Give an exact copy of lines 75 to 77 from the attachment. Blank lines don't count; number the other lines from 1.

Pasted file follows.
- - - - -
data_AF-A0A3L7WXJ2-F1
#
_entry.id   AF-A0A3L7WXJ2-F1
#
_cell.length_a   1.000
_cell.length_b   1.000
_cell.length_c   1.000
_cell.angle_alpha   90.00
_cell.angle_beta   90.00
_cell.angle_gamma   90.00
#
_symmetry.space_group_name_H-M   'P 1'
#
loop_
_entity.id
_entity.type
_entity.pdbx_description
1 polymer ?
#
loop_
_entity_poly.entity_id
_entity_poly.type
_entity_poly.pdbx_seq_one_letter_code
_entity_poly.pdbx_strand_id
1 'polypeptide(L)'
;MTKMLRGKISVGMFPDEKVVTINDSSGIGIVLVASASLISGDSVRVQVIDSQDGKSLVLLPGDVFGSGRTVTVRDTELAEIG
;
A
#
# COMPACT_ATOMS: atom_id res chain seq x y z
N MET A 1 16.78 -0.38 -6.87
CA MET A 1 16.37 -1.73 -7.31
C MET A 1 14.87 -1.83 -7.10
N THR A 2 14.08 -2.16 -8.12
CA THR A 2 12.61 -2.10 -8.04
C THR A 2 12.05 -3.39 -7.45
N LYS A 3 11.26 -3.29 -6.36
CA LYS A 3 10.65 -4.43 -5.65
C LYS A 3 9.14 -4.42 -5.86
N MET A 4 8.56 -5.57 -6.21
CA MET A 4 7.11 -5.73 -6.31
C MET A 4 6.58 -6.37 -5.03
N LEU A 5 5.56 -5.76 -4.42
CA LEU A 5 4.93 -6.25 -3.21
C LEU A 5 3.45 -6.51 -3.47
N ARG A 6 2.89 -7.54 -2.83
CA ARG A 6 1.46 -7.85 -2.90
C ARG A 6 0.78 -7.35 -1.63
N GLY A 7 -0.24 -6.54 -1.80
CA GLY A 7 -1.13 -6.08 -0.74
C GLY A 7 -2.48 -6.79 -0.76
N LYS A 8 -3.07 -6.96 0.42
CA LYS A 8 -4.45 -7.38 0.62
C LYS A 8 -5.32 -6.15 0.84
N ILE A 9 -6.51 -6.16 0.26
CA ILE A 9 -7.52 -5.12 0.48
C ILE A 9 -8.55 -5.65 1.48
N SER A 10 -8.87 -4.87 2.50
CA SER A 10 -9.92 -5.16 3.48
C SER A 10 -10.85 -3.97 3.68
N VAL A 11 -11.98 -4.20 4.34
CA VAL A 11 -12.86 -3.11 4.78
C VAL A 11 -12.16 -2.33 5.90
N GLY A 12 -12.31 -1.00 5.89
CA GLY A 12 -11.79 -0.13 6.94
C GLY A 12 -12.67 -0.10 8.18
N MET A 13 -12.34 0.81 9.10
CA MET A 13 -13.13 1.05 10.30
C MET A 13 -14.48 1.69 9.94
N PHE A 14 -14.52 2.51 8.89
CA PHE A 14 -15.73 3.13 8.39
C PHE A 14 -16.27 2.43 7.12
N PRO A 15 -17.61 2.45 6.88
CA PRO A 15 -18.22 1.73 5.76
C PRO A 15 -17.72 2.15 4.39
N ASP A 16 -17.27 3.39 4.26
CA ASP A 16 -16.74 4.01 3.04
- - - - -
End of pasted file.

C PRO A 15 -17.72 2.15 4.39
N ASP A 16 -17.27 3.39 4.26
CA ASP A 16 -16.74 4.01 3.04